We always have to be playing a part.

And one misjudged performance and it’s all over.

In the GP’s office. Don’t mention how last night you tried to top yourself. Hint at depression but act like suicide is a faraway pose. Use meaningless terms like ‘low mood’, ‘insomnia’, ‘stressed’. Brush your hair. Wear lipstick. Act bloody sane, think before you speak, be proactive, make a request for talking therapy, suggest a dose of Valium but mention you’re aware it’s addictive – you just need one good night’s sleep. Be anything more than a little bit sad and you’ll lose your kid. And. Details- are- important. Talk about your healthy diet, family meal plans and exercise schedule. Talk about Mark Warner holidays – no one takes children from women like that.

At an interview for a demoralising job: Declare yourself educated but only enough to appear capable. Sure, lie about the grades you never got but not enough to hurt the fragile ego of your potential boss. Make up a degree. Don’t say the Russell Group. That’s- overegging- the- fucking- pudding- love. You did Theatre Studies at London Met; you did something pointless at South Bank.  You got a 2.2. Fill in gaps in unemployment with tales of travel or untraceable jobs abroad. Throw your CV off the beaten track; a year as a nanny in Moscow. You went to live in Russia because you… love Chekov. Say you visited Stanislavski’s grave. You saw Pussy Riot. You love Putin. You hate Putin. Whatever. Talk about things people don’t understand and for a while they’ll think you’re… smart.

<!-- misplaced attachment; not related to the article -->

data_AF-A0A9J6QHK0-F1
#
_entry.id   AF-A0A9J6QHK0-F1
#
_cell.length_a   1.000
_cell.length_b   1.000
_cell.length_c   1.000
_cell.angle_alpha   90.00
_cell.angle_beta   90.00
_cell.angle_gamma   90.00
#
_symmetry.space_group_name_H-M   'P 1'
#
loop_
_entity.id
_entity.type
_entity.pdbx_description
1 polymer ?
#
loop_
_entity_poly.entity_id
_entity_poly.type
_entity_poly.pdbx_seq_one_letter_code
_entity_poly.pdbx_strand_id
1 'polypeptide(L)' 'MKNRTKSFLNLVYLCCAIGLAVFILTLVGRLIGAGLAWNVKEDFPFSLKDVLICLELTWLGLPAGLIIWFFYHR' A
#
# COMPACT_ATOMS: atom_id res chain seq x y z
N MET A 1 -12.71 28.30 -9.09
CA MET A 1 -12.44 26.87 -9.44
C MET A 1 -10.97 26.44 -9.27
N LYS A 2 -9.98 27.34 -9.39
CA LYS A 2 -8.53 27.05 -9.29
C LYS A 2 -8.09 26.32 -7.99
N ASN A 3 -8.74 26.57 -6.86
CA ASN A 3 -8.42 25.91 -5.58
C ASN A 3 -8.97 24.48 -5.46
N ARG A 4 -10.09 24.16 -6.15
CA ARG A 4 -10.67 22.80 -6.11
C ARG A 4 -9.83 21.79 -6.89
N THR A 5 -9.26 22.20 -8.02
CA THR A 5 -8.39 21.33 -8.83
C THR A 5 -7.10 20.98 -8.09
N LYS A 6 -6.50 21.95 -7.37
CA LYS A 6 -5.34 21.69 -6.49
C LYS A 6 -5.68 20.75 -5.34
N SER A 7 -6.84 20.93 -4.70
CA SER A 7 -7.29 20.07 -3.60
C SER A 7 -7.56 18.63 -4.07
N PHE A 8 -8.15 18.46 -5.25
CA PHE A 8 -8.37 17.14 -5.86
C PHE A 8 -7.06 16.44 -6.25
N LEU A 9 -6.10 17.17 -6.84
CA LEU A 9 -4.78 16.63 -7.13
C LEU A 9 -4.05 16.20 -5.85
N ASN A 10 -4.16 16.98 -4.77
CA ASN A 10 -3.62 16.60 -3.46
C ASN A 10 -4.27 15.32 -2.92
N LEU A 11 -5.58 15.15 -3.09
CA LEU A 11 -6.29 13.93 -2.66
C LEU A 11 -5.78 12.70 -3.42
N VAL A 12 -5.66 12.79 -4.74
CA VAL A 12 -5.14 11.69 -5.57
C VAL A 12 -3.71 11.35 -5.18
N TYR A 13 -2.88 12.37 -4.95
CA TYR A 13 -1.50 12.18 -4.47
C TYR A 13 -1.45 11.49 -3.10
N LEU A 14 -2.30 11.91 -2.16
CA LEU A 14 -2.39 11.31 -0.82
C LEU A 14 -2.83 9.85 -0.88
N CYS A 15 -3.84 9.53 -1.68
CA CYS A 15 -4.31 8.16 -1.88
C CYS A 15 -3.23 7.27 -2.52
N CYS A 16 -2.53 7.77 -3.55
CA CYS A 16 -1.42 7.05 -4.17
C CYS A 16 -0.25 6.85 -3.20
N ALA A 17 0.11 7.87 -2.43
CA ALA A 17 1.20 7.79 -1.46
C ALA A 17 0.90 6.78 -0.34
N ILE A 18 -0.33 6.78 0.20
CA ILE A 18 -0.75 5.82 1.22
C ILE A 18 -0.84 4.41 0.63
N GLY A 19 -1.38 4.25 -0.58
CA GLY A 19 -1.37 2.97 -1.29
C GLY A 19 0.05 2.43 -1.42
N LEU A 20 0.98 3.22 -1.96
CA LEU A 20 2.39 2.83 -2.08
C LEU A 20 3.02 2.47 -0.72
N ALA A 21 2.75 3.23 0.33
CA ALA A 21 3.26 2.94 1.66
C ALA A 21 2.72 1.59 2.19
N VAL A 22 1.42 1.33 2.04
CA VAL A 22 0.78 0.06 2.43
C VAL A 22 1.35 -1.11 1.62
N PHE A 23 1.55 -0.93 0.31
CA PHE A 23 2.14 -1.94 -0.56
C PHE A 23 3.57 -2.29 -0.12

Always keep in mind: those who employ people on zero-hour minimum-wage contracts need to believe they are your master. So. Act like the wage slaves do on the telly – ‘Thank you Lord Sugar, thank you for the opportunity Lord Sugar.’

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They like that. They’ll offer you an unpaid trial. And you must say – ‘Thank you, thank you for the opportunity.’  And when they ask about childcare because ‘you single mothers always have issues with childcare’, you’ll reply ‘Yes sir, yes, I have a very supportive family to help out a single mum like me. Yes sir, of course my family will help me out when you require last-minute, extra, shifts…’

Never. Reveal. Your. Dysfunctional. Family.

Never use words like estranged.

Or abusive.

Or no contact.

Estranged families create vulnerable women. And. Humans attack vulnerable women.